Issue 14                                                                                           March 2008


                                                      (Web Version)



Welcome to the 14th edition of our newsletter.


Special point of interest:


Items for Sale:

10 litre Cylinder. In test
£50 contact: Richard Mace
0121 232 6007

Poseidon Cyclone regulator & Octopus (requires service) £50. 

Also Poseidon Cyclone regulator & long hose (requires service) £50. see John Searle   07776 411406

If you have any items for sale please let us know.

Profile— we need volunteers please, just a few words saying what made you take up this sport in the first place and why on earth you carry on!








Animal of the Month

If anybody has any ideas about what they would like to see in the newsletter, please talk to us – or email if you prefer – just remember it’s read by the family!

Editors Corner

Thank you to everyone who has contributed to this months issue, and apologies for any mistakes.

Any further articles for next months edition would be appreciated, (any gossip, scandals, etc that’s printable) so let us know by 28th March.

Hope you enjoyed this issue.


Monkfish is the English name of a number of types of fish in the northwest Atlantic, most notably the species of the anglerfish genus Lophius and the angelshark genus Squatina. The term is also occasionally used for a European sea monster more often called a sea monk.

Monkfish is the most common English name for the genus Lophius in the northwest Atlantic but goosefish is used as the equivalent term on the eastern coast of North America. Monkfish have three long filaments sprouting from the middle of its head; these are the detached and modified three first spines of the anterior dorsal fin. As in most anglerfish species, the longest filament is the first, which terminates in an irregular growth of flesh, the esca. This modified fin ray is movable in all directions. This esca is used as a lure to attract other fishes, which monkfish then typically swallow whole. Experiments have shown, however, that whether the prey has been attracted to the lure or not is not strictly relevant, as the action of the jaws is an automatic reflex triggered by contact with the esca.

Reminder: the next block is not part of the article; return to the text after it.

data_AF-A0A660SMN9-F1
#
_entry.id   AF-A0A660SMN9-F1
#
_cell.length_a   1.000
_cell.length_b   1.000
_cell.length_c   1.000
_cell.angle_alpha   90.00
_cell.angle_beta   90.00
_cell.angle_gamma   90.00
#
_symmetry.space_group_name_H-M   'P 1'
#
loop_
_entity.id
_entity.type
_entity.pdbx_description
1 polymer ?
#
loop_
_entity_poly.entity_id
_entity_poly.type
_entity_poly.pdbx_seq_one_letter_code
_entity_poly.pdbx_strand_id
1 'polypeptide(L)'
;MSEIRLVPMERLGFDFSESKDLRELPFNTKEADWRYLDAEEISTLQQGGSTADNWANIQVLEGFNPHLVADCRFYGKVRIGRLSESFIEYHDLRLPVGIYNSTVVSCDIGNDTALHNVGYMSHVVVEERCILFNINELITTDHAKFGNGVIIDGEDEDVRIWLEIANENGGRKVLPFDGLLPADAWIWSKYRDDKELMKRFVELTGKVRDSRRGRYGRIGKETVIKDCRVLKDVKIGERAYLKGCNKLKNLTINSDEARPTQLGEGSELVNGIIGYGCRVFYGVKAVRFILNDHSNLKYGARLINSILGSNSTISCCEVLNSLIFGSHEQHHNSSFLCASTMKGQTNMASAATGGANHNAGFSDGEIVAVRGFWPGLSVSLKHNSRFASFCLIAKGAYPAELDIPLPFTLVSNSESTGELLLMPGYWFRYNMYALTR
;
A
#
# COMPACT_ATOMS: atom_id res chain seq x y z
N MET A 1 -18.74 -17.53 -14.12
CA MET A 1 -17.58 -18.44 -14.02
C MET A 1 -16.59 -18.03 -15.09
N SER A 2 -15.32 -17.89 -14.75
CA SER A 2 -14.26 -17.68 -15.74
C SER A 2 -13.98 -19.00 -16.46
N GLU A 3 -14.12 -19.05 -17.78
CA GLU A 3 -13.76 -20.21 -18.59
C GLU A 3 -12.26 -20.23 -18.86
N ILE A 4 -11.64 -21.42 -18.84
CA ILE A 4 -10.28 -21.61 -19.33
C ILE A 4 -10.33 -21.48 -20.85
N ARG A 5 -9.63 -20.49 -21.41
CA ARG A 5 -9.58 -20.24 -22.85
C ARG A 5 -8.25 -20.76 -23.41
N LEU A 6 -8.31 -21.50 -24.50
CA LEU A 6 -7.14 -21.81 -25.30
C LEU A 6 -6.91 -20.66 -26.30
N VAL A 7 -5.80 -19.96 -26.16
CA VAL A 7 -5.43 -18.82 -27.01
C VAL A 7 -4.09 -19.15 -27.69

It grows to a length of more than 5 ft; specimens of 3 ft are common.

Two species Lophius piscatorius and Lophius budegassa are found in north-western Europe and referred to as monkfish, with L. piscatorius by far the most common species around the British Isles.




Wreck of the month  -  James Egan Layne


Dive Site: James Egan Layne,   7,000 ton wreck    Length: 130 metres (427 feet)

Location: 50°19.54N; 4°14.65W

Depth: 24 metres (79 feet)

Visibility: 15 metres (50 feet)                                    James Egan Layne

The James Egan Layne lies shotted in Whitsand Bay, Plymouth, and is an extremely popular British wreck because of its depth. It sank in March 1945 after ferrying men and materials across the world for the war effort. At the height of World War II, it was clear that cargo vessels were being sunk at a rate faster than which they could be built. In an effort to maintain the supply of food, vehicles and other equipment to the troops, the Americans found a way of welding aptly called 'Liberty' ships together that were 400 feet long weighing in at around 7000 tons in just 24 hours by an almost entirely female workforce. After being hit by a torpedo from a German U-boat near the Eddystone reef, the James Egan Layne was towed towards Plymouth in order to save as much of her cargo as possible. However on the way back, her stern collapsed causing her to sink in Whitsand bay, where she still sits upright, pointing north towards the shore.

After sinking her masts and funnel still stood proud out of the water and making it an easy dive location to find. However, in the late 1960's it was deemed a hazard to the local shipping traffic and so the bridge and the masts were razed to the seabed where they can still be seen to the port side. Most of the cargo was removed before she sank, but there are plenty of pick axe heads, pulleys and locomotive parts in her five holds.

If you only have the chance for one dive with a 12l cylinder, I would recommend you get the skipper to put you down on the bow (there is sometimes a buoy here if you are lucky). Descend down the bow to the seabed at a maximum of 23m and look back up. The silhouette of her intact bow is one on my favourite underwater views. Swimming up the port side then allows you to see the vast wall of her hull, covered in deadman's fingers and anemones, as well as the bridge and forward masts that now lie on the sea bed, home to a large variety of fish.

Thanks to the Editors: Sue Mace, Wendy Munday, Phillipa Cresswell, Lin Noakes                                                                                        Back